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Home / World / Volodymyr Zelensky vows to probe war crimes

Volodymyr Zelensky vows to probe war crimes

‘I want every mother of every Russian soldier to see the bodies of the killed people in Bucha, in Irpin, in Hostomel’
Volodymyr Zelensky.
Volodymyr Zelensky.
File Photo

Anushka Patil   |   Published 05.04.22, 03:35 AM

President Volodymyr Zelensky of Ukraine said on Sunday that he had approved the creation of a “special mechanism of justice” to investigate anyone who committed or participated in Russia’s war against Ukraine, in a steely video address that called on the world to “make the war crimes of the Russian military the last manifestation of such evil on earth”.

Zelensky’s remarks came as world leaders expressed horror at images that appeared to show civilians lying dead, some with their hands bound behind their backs, in the streets of Bucha, a town near Kyiv, after Russia withdrew troops from the area. Earlier on Sunday, on CBS’s Face the Nation, the Ukrainian President described Russia’s actions as genocide.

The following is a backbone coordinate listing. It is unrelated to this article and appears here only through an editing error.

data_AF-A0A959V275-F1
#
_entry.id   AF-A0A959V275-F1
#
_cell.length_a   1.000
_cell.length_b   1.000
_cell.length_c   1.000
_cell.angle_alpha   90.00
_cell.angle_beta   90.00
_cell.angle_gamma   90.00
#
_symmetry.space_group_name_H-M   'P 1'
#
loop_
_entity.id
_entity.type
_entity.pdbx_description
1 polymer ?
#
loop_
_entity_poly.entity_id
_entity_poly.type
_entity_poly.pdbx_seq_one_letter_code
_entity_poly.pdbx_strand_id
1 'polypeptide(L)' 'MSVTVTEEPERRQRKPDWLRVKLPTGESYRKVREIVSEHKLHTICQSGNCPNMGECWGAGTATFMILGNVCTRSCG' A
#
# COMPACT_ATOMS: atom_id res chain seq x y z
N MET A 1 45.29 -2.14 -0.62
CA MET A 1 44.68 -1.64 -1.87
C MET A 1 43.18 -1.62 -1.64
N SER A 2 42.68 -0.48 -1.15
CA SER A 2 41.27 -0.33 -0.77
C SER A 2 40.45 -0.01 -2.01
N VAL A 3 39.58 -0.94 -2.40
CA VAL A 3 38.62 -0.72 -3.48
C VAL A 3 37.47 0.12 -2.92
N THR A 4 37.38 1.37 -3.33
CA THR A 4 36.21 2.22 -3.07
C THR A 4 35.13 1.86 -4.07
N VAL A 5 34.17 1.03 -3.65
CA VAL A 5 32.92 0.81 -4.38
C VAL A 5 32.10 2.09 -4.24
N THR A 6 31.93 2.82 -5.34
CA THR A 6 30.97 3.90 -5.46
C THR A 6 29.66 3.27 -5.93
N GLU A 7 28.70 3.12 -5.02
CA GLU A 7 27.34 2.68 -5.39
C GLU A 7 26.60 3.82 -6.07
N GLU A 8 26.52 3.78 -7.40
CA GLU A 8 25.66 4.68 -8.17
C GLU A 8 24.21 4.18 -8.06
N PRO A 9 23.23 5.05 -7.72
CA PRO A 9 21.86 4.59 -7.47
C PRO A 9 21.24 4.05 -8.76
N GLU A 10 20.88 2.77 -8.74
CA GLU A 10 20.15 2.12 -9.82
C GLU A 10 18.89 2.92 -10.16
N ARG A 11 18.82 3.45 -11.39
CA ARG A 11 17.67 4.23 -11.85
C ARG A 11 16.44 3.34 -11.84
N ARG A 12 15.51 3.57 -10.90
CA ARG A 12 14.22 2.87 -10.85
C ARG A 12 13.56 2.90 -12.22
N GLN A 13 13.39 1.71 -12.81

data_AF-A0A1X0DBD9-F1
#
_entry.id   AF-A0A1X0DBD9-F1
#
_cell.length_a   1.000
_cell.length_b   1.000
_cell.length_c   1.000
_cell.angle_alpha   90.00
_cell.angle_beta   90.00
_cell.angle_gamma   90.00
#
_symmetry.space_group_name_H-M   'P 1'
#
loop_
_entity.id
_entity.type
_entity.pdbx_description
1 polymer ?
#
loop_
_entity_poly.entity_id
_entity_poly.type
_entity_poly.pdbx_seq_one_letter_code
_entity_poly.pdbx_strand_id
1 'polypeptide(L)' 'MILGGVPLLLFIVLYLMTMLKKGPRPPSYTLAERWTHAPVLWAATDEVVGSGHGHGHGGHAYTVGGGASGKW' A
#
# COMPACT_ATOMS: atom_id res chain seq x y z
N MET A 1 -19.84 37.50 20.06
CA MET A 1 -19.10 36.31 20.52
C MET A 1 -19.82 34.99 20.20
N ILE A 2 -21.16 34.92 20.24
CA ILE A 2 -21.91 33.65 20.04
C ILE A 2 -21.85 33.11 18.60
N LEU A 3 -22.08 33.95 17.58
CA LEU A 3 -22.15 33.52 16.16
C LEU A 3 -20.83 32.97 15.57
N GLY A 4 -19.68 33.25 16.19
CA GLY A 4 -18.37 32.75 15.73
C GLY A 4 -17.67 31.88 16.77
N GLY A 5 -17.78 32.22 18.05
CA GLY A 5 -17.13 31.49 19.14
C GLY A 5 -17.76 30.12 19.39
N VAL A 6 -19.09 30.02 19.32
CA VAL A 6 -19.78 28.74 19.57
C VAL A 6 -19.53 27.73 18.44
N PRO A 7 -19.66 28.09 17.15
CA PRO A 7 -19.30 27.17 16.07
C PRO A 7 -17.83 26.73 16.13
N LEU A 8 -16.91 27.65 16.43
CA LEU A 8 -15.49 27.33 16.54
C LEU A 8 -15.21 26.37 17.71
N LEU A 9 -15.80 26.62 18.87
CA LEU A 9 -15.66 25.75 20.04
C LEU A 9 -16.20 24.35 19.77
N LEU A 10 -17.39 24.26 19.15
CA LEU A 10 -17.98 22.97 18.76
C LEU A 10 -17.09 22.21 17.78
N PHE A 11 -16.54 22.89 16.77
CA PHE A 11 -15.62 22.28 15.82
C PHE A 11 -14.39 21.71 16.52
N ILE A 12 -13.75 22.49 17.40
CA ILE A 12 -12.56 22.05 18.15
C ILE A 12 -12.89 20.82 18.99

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“I want every mother of every Russian soldier to see the bodies of the killed people in Bucha, in Irpin, in Hostomel,” Zelensky said.

Zelensky also skewered what he called the West’s “indecision” and appeasement of Russia over the years, noting that Sunday is the 14th anniversary of a Nato summit in which Germany and France opposed extending membership to Ukraine.

He referenced Angela Merkel and Nicolas Sarkozy by name in his address, inviting the former leaders of the two countries to see the dead bodies of Ukrainian civilians “with their own eyes”.

Still, Zelensky specified that blame for civilian attacks lay only with Russian soldiers who perpetrated them and the Russian leaders who gave orders. Russia’s defence ministry on Sunday called the reports of atrocities in Bucha “fake”. The ministry also said that it had destroyed an aviation management centre in the Kyiv region and large fuel depots near Mykolaiv.

Russian news coverage has largely focused on those strikes and other Russian advances, with little mention of forces retreating from the Kyiv region.

(New York Times News Service)



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